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In the middle of winter, New Zealand is closer to nowhere than the Antarctic.
Sea ice stretches north during the long southern night, shading all other neighbours.
Scientists say it might creep closer still in coming years, as ice melt on the continent proper - three trillion tonnes of it already since 1992 - releases fresh water to extend the thin frozen corolla.
It will nonetheless be a story of thawing, of heating. And then, possibilities.
This future, this certainty, is what prompted Aucklander Jeff Murray to write his first novel, Melt.
Newly published, it describes in kinetic geopolitical detail what might happen when the Antarctic mining moratorium - the Madrid Protocol - expires in 2048. Soon enough. Then, the earth's last untapped land mass, twice the size of Australia, will again be up for grabs; its prizes including massive oil reserves and mineral wealth.
At that moment, the map, which until now has drawn New Zealand as an island apart, remote from the world's great narratives, will be flipped 180 degrees.
As the southern continent melts, New Zealand will become central to the climate change drama, Murray contends. Never mind a voice in the chorus, Aotearoa will be ushered into the spotlight and handed a script written elsewhere.
"Our story in New Zealand is that we are peripheral," the softly-spoken Murray says. "If we keep our heads down and we do a few things we will be able to sneak through without really having any big impact on our economy or our nation," he says of our approach to global heating thus far.
But when he began to think about the refugee crisis and changing Antarctic landscape climate change guarantees, a different scenario emerged.
New Zealand, a relatively empty country in the high latitudes, will become an obvious refuge for those fleeing heat and storms closer to the tropics. And its proximity to the ice will make it a logical staging post for Antarctic exploitation by the world's mid-century superpowers; China, India and the US.
"I thought Otago and Dunedin would be the ideal launch point down into Antarctica, because the city is already there."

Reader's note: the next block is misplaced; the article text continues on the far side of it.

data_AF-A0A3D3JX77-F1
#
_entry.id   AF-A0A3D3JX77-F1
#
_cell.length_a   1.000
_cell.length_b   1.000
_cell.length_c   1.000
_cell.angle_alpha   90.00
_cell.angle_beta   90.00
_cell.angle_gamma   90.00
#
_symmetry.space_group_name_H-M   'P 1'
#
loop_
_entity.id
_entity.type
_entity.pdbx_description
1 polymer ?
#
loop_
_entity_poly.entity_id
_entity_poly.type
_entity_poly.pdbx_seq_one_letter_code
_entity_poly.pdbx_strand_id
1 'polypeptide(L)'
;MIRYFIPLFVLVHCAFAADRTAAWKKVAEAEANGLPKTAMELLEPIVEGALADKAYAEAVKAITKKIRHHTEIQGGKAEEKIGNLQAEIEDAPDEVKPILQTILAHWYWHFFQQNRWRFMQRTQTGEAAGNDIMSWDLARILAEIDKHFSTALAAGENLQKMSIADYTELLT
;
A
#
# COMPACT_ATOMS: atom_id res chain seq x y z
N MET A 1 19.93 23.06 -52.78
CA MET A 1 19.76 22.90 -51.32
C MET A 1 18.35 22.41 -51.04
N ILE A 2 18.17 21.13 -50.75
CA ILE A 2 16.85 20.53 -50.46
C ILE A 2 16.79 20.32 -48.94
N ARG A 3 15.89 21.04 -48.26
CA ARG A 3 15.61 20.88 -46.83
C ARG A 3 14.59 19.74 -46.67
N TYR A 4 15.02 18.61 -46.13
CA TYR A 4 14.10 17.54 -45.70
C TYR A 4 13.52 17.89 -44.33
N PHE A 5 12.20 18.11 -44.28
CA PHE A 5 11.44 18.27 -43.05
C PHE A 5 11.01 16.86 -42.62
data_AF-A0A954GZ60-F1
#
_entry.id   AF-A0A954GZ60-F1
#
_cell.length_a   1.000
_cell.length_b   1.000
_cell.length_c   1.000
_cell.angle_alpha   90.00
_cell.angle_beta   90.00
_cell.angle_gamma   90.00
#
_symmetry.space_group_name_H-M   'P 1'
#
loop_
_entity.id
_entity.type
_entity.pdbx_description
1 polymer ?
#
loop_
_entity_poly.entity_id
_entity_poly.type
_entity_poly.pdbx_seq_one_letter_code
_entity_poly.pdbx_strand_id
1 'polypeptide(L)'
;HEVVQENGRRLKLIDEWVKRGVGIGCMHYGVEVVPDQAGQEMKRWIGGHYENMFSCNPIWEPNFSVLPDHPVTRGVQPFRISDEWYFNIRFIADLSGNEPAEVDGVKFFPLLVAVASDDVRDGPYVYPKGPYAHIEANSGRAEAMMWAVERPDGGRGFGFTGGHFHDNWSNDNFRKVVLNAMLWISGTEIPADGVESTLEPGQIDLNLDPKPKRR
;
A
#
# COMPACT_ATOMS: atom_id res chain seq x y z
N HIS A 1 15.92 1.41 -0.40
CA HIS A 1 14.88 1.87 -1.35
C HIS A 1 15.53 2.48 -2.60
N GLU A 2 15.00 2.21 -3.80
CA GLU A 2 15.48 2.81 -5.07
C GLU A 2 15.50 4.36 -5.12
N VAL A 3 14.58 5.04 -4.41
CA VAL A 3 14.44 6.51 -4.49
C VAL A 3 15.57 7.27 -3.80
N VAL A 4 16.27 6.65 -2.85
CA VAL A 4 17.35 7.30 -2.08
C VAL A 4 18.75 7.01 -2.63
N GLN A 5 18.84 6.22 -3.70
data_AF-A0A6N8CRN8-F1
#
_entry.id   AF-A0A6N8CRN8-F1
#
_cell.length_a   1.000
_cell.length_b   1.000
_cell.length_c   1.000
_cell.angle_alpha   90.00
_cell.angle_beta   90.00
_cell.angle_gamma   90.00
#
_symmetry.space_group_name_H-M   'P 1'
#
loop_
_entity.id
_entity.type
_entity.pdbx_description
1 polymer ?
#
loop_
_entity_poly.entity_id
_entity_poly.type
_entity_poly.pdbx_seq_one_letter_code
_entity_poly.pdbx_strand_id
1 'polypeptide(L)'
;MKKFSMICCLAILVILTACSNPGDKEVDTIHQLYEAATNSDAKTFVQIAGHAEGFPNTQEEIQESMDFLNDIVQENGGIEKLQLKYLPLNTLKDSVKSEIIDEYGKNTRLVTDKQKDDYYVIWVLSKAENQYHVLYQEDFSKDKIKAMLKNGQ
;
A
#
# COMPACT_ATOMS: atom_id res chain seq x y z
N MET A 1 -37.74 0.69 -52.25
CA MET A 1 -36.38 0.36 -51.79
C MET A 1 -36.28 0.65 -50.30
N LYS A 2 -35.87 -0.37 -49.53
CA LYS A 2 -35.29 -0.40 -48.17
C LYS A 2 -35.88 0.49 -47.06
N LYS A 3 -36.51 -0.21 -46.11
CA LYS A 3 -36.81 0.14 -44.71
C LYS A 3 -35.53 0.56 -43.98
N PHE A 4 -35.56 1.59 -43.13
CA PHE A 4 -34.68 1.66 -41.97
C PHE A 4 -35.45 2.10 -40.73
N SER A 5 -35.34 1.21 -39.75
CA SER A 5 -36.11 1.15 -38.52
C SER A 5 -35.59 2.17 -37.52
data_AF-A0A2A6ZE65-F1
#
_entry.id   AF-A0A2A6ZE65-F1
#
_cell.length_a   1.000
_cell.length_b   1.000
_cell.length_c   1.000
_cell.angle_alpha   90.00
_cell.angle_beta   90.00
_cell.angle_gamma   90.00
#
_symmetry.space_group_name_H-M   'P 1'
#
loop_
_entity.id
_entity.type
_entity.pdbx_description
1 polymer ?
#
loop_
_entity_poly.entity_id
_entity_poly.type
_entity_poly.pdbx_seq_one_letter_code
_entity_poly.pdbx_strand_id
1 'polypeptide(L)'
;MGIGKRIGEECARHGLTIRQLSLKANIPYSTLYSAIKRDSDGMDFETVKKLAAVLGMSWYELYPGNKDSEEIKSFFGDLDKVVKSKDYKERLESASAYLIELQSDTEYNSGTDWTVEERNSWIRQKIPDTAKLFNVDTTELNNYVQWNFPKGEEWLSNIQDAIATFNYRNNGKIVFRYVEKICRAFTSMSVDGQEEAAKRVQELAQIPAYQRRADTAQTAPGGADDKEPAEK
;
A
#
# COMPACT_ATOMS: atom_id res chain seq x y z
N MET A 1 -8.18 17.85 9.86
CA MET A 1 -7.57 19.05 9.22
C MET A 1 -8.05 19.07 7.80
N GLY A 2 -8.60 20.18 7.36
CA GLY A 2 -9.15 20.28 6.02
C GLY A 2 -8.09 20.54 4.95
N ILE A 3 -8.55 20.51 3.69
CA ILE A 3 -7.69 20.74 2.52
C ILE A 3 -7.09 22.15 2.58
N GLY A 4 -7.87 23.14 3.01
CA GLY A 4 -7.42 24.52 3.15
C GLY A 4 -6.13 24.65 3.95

The Taieri Plain, he points out, is the same size as the urban area of Hong Kong, so why not develop it to house the displaced millions and service Antarctic trade.
"Once I brought those things together, Antarctica, New Zealand and the issue of access and refuge, I then had the making of a story," Murray says.
"What I wanted to do was really give people a bit of a start and a shock because I think we are very complacent about how climate change is going to impact our lives. I wanted to say, `what about this idea, where we agree to end up hosting a major city'."
Murray says the moratorium on Antarctic mining was really only put in place because at its signing those eyeing its resources did not have the technology to get at them.
"What essentially was shaping up was a fight between environmentalists and the mining sector and then the mining sector turned to the governments and said, `look, let's not have this fight because we can't actually get down there, we don't have the technology - let's push it all out by putting in place the moratorium'."
It left the legal status of the land mass unresolved and indeed much of Melt's action takes place on Marie Byrd Land, a portion of the Antarctic that has been claimed by no sovereign nation to date.
"If you look at what's happening right now in the Arctic, the powerful nations are viewing the melting of the Arctic as an opportunity, which is precisely what I have posited in my novel."
Climate change will bring great misery for many, but in parallel, people will do what they have always done and rush to opportunity, Murray says.
The local government planning contractor was doing a second master's degree at Cambridge University, on land economics, when the idea for the novel came to him. He heard a talk there by someone involved in modelling climate change who was saying how difficult it was to communicate the issue based on the numbers because they can look quite small; two degrees of warming, perhaps three or four. It's all single digit stuff.
"Well, people think `my mortgage moves around more than that'."
Fiction, Murray thought, could do the job better because of its ability to draw people in through the human narrative.
The narrative he's talking about is a departure.
Dunedin, for example, has been stripped of any vestige of its settler narrative of progress.
Here's how it looks in 2048: "A disappointment of old buildings and old houses laid over land that was too low ... It looked like an old towel that had been forgotten at the beach".
By 2048, the cost of holding back the rising tide has emptied the city's treasury.
Murray doesn't have it in for Dunedin. His Hawke's Bay of mid-century is a complete right off, burnt to a crisp and all but uninhabitable.
We might all need to become more comfortable with this sort of failure sharing the page with progress, he says.